B) taxing capital: less capital produced (slower growth) C) costs in administering taxes (more fair but size of the “pie shrinks) 2. Rawls: theory of Justice •Fairness of society judged by the well being of the person who is poorest •(Equal shares of a small pie) may be worse than (unequal shares of a larger pie) 3. Fairness in Rules, not outcomes •Emphasis on equality of opportunity Robert Nozick A. Strong private property rights B. Private property should only be transferred through voluntary exchange Problems: A. No room for redistribution after the fact B. No taxes or government since these aren’t voluntary
Government Actions in Markets (Ch 6) Price ceiling: gov’t regulations that makes it illegal to charge a price higher than some specified level •Set above equilibrium price= no effect •Set below equilibrium price= Example in notebook Black market •Illegal market in which price is higher than price ceiling •Graph in notebook • Thursday October 27, 2011 20 m/c few short answer midterm review: •Note on demand on supply equations (end of ch 3) •Elasticity (Ch 4) know how to calculate and know what it is •Efficiency and equity (Ch 5) *consmer and producer surplus •Government actions in markets (Ch 6) Price ceilings oPrice flooring oTaxes Price Floors: Mandatory minimum price Ex. Minimum wage Graph in notebook •Unemployment increases search costs •More power to firms in hiring decisions •Black markets oEx. Illegal labour markets where people are paid below the min wage oIn notebook Taxes: When the government taxes a good the price paid by consumers and the price received by producers are now different Ex. Gov’t puts a $5 (per unit) tax on producers In notebook Tuesday November 1, 2011 Midterm Thursday Material: 1. Note on demand and supply equations. (end of Ch 3) 2. Elasticity (Ch4) •Price elasticity Elasticity and total revenue (figure 4. 5 in text) •Cross elasticity and income elasticity •Supply elasticity 3. Efficiency and equity (Ch 5) •Alternative allocation methods •Consumer and producer surplus •Efficiency of equilibrium •“fairness” 4. Government Actions (Ch 6) •Price ceilings •Price floors •Taxes Tuesday November 14, 2011 Global Markets Many of the goods and services you consume aren’t produced in Canada Ex. Iphones (all over), clothes (china), tech support (india) •Part of the globalization process oImports: goods we buy from other countries oExports: goods we sell to other countries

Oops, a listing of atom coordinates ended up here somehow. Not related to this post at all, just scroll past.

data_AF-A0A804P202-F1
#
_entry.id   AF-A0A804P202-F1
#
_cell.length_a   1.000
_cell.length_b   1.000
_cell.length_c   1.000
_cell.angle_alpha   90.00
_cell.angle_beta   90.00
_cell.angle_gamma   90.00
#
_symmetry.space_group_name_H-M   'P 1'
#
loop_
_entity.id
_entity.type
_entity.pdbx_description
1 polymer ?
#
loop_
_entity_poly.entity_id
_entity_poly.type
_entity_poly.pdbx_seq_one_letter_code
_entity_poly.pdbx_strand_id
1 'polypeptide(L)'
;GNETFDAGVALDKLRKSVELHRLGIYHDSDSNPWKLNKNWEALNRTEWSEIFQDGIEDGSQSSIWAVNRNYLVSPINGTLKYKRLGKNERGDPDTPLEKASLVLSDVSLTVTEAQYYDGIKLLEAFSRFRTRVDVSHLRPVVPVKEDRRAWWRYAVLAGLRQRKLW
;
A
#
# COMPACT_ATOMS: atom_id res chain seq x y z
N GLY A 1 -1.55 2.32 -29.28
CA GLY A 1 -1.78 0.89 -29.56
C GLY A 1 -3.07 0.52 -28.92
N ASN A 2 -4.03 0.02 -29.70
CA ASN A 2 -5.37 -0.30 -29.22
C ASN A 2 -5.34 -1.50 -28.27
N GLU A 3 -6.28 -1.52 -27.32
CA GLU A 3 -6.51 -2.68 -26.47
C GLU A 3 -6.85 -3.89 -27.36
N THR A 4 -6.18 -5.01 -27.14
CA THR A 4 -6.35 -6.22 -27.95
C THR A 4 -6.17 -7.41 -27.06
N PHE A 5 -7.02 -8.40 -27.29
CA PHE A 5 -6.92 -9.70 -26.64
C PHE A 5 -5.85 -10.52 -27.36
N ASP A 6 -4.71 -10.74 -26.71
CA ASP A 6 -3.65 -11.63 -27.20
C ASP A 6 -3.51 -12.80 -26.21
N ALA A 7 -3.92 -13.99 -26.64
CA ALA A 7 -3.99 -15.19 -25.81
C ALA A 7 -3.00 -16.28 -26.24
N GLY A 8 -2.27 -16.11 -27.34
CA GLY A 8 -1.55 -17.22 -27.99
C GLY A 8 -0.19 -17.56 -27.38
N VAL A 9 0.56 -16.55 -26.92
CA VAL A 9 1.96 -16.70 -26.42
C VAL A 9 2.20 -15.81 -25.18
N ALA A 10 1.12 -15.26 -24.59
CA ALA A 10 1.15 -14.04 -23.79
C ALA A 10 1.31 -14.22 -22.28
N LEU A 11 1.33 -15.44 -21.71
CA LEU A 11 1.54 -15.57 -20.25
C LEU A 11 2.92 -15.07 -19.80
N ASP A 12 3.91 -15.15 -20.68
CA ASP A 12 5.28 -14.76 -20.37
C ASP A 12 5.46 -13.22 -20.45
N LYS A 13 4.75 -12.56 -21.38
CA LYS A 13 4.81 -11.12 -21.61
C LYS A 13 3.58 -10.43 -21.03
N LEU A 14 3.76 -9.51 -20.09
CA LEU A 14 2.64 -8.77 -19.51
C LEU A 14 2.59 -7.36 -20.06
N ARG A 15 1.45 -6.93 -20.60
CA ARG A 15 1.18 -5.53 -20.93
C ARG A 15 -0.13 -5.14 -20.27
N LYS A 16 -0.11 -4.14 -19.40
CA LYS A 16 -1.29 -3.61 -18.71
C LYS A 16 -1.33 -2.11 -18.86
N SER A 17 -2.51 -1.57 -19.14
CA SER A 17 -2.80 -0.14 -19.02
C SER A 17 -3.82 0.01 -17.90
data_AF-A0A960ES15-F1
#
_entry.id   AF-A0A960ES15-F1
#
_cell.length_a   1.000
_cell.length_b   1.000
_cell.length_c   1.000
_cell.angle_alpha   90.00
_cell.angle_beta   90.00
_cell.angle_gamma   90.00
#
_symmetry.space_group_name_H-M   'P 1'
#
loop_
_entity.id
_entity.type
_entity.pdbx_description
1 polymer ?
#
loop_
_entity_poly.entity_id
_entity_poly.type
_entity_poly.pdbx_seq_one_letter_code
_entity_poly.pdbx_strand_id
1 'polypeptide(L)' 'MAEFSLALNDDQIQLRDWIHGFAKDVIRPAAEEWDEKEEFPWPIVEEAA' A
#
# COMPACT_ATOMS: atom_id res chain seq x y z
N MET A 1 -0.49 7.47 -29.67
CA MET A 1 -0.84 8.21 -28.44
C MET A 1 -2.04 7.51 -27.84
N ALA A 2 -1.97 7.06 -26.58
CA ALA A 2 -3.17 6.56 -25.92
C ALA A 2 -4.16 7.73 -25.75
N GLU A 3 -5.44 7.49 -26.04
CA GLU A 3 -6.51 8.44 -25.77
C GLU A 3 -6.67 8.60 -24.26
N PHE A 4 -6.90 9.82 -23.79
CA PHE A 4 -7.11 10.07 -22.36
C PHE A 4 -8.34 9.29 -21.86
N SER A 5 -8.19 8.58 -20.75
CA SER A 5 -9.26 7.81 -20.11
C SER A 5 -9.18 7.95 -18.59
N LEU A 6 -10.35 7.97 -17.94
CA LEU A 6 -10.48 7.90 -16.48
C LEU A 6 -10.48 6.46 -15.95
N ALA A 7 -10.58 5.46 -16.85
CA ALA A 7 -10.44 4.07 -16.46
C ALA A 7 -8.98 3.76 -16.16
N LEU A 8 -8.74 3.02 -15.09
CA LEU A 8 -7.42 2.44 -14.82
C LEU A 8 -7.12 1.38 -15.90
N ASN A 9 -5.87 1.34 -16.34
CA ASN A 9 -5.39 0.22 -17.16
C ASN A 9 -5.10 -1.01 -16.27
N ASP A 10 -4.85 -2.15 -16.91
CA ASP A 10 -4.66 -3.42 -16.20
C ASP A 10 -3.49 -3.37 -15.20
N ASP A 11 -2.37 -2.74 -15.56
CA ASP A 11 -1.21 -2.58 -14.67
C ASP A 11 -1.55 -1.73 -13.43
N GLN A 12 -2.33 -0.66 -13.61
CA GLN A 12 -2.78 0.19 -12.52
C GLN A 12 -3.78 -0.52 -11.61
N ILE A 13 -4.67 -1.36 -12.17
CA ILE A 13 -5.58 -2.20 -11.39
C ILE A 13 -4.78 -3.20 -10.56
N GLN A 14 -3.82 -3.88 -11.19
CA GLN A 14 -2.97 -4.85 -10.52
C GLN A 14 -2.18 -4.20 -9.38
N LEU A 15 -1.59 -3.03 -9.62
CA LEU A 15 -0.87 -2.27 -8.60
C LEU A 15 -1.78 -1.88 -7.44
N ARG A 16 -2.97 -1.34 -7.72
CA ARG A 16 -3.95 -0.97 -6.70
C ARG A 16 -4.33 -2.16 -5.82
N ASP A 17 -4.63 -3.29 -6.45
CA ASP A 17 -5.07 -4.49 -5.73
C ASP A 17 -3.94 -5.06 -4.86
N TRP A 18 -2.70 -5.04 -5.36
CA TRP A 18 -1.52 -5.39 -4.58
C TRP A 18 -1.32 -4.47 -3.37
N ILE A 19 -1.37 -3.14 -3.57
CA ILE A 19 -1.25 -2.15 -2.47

Global Imports: Exports in 2008 =$35 trillion Canada: •exports: $535 billion. Agriculture, forestry, energy, mining, machinery, automotive, aircraft •Imports: $503 billion In binder example Tariffs: a tax imposed by the importing country on goods that come from another country Arguments for protection 1. Infant industry Argument •We need to protect domestic industries when they start so that they can mature enough to compete on world markets. •Develop comparative advantage •Everyone can argue this 2. Barriers to trade to protect jobs. •Trade costs jobs •There isn’t a “fixed number of jobs” •Trade also creates jobs